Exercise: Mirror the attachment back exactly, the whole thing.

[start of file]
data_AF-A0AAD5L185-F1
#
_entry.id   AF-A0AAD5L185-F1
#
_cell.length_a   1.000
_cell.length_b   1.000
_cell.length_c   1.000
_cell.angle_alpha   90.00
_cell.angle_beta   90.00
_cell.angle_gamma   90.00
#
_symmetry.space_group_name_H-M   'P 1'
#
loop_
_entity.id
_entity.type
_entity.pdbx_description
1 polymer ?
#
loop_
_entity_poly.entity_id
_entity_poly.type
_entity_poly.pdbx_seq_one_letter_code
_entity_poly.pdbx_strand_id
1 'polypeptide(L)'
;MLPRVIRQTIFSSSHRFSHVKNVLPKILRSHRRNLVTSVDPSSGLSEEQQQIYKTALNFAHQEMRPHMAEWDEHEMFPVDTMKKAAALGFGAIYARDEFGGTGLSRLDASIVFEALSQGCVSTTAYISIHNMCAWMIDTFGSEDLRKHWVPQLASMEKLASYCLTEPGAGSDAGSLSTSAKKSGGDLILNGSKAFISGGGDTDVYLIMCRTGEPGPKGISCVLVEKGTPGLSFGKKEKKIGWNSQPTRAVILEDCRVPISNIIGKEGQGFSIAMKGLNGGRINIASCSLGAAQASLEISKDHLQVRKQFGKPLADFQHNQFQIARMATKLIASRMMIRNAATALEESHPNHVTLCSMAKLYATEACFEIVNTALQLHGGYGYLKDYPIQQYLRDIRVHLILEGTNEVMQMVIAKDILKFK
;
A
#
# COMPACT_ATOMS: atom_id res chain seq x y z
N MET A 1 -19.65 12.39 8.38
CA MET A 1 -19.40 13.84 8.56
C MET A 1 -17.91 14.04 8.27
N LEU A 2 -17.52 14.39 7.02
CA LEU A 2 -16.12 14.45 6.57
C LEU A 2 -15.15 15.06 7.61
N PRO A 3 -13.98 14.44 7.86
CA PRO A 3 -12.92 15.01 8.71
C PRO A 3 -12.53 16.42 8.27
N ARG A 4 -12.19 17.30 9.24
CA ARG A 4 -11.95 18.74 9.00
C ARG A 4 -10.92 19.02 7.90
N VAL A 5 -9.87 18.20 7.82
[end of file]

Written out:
data_AF-A0AAD5L185-F1
#
_entry.id   AF-A0AAD5L185-F1
#
_cell.length_a   1.000
_cell.length_b   1.000
_cell.length_c   1.000
_cell.angle_alpha   90.00
_cell.angle_beta   90.00
_cell.angle_gamma   90.00
#
_symmetry.space_group_name_H-M   'P 1'
#
loop_
_entity.id
_entity.type
_entity.pdbx_description
1 polymer ?
#
loop_
_entity_poly.entity_id
_entity_poly.type
_entity_poly.pdbx_seq_one_letter_code
_entity_poly.pdbx_strand_id
1 'polypeptide(L)'
;MLPRVIRQTIFSSSHRFSHVKNVLPKILRSHRRNLVTSVDPSSGLSEEQQQIYKTALNFAHQEMRPHMAEWDEHEMFPVDTMKKAAALGFGAIYARDEFGGTGLSRLDASIVFEALSQGCVSTTAYISIHNMCAWMIDTFGSEDLRKHWVPQLASMEKLASYCLTEPGAGSDAGSLSTSAKKSGGDLILNGSKAFISGGGDTDVYLIMCRTGEPGPKGISCVLVEKGTPGLSFGKKEKKIGWNSQPTRAVILEDCRVPISNIIGKEGQGFSIAMKGLNGGRINIASCSLGAAQASLEISKDHLQVRKQFGKPLADFQHNQFQIARMATKLIASRMMIRNAATALEESHPNHVTLCSMAKLYATEACFEIVNTALQLHGGYGYLKDYPIQQYLRDIRVHLILEGTNEVMQMVIAKDILKFK
;
A
#
# COMPACT_ATOMS: atom_id res chain seq x y z
N MET A 1 -19.65 12.39 8.38
CA MET A 1 -19.40 13.84 8.56
C MET A 1 -17.91 14.04 8.27
N LEU A 2 -17.52 14.39 7.02
CA LEU A 2 -16.12 14.45 6.57
C LEU A 2 -15.15 15.06 7.61
N PRO A 3 -13.98 14.44 7.86
CA PRO A 3 -12.92 15.01 8.71
C PRO A 3 -12.53 16.42 8.27
N ARG A 4 -12.19 17.30 9.24
CA ARG A 4 -11.95 18.74 9.00
C ARG A 4 -10.92 19.02 7.90
N VAL A 5 -9.87 18.20 7.82